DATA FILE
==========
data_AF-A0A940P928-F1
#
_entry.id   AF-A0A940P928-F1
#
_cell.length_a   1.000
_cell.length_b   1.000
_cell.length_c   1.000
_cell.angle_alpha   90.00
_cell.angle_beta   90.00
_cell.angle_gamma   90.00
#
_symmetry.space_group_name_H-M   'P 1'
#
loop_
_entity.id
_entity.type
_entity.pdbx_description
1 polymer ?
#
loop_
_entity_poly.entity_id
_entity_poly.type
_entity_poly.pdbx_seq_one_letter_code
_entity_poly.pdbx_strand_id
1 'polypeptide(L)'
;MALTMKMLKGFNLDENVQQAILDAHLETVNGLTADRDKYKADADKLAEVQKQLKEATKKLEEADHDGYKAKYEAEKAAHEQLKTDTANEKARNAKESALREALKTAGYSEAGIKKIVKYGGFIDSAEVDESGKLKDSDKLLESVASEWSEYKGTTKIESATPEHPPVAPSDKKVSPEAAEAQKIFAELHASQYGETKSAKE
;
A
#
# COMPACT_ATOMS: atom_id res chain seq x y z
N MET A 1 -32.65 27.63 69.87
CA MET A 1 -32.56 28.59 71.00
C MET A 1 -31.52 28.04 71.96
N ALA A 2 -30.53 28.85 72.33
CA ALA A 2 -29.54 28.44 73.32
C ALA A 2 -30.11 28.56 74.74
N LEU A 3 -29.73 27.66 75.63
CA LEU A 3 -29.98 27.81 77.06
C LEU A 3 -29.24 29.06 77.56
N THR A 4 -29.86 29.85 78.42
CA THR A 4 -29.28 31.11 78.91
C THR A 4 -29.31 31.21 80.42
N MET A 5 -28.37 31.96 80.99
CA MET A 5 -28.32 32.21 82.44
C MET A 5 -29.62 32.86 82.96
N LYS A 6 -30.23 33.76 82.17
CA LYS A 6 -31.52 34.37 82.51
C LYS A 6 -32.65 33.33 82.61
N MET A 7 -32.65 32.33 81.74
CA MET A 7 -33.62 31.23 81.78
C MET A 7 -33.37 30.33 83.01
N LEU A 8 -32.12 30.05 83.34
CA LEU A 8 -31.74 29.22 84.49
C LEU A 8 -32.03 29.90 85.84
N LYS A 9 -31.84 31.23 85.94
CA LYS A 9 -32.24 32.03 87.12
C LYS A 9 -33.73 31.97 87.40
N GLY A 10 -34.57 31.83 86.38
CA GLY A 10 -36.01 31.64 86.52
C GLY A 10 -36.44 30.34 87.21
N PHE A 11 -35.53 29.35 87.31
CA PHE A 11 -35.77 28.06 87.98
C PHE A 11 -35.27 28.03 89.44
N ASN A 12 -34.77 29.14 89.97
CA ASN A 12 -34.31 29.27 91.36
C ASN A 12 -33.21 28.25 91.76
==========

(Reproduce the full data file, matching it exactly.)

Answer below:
data_AF-A0A940P928-F1
#
_entry.id   AF-A0A940P928-F1
#
_cell.length_a   1.000
_cell.length_b   1.000
_cell.length_c   1.000
_cell.angle_alpha   90.00
_cell.angle_beta   90.00
_cell.angle_gamma   90.00
#
_symmetry.space_group_name_H-M   'P 1'
#
loop_
_entity.id
_entity.type
_entity.pdbx_description
1 polymer ?
#
loop_
_entity_poly.entity_id
_entity_poly.type
_entity_poly.pdbx_seq_one_letter_code
_entity_poly.pdbx_strand_id
1 'polypeptide(L)'
;MALTMKMLKGFNLDENVQQAILDAHLETVNGLTADRDKYKADADKLAEVQKQLKEATKKLEEADHDGYKAKYEAEKAAHEQLKTDTANEKARNAKESALREALKTAGYSEAGIKKIVKYGGFIDSAEVDESGKLKDSDKLLESVASEWSEYKGTTKIESATPEHPPVAPSDKKVSPEAAEAQKIFAELHASQYGETKSAKE
;
A
#
# COMPACT_ATOMS: atom_id res chain seq x y z
N MET A 1 -32.65 27.63 69.87
CA MET A 1 -32.56 28.59 71.00
C MET A 1 -31.52 28.04 71.96
N ALA A 2 -30.53 28.85 72.33
CA ALA A 2 -29.54 28.44 73.32
C ALA A 2 -30.11 28.56 74.74
N LEU A 3 -29.73 27.66 75.63
CA LEU A 3 -29.98 27.81 77.06
C LEU A 3 -29.24 29.06 77.56
N THR A 4 -29.86 29.85 78.42
CA THR A 4 -29.28 31.11 78.91
C THR A 4 -29.31 31.21 80.42
N MET A 5 -28.37 31.96 80.99
CA MET A 5 -28.32 32.21 82.44
C MET A 5 -29.62 32.86 82.96
N LYS A 6 -30.23 33.76 82.17
CA LYS A 6 -31.52 34.37 82.51
C LYS A 6 -32.65 33.33 82.61
N MET A 7 -32.65 32.33 81.74
CA MET A 7 -33.62 31.23 81.78
C MET A 7 -33.37 30.33 83.01
N LEU A 8 -32.12 30.05 83.34
CA LEU A 8 -31.74 29.22 84.49
C LEU A 8 -32.03 29.90 85.84
N LYS A 9 -31.84 31.23 85.94
CA LYS A 9 -32.24 32.03 87.12
C LYS A 9 -33.73 31.97 87.40
N GLY A 10 -34.57 31.83 86.38
CA GLY A 10 -36.01 31.64 86.52
C GLY A 10 -36.44 30.34 87.21
N PHE A 11 -35.53 29.35 87.31
CA PHE A 11 -35.77 28.06 87.98
C PHE A 11 -35.27 28.03 89.44
N ASN A 12 -34.77 29.14 89.97
CA ASN A 12 -34.31 29.27 91.36
C ASN A 12 -33.21 28.25 91.76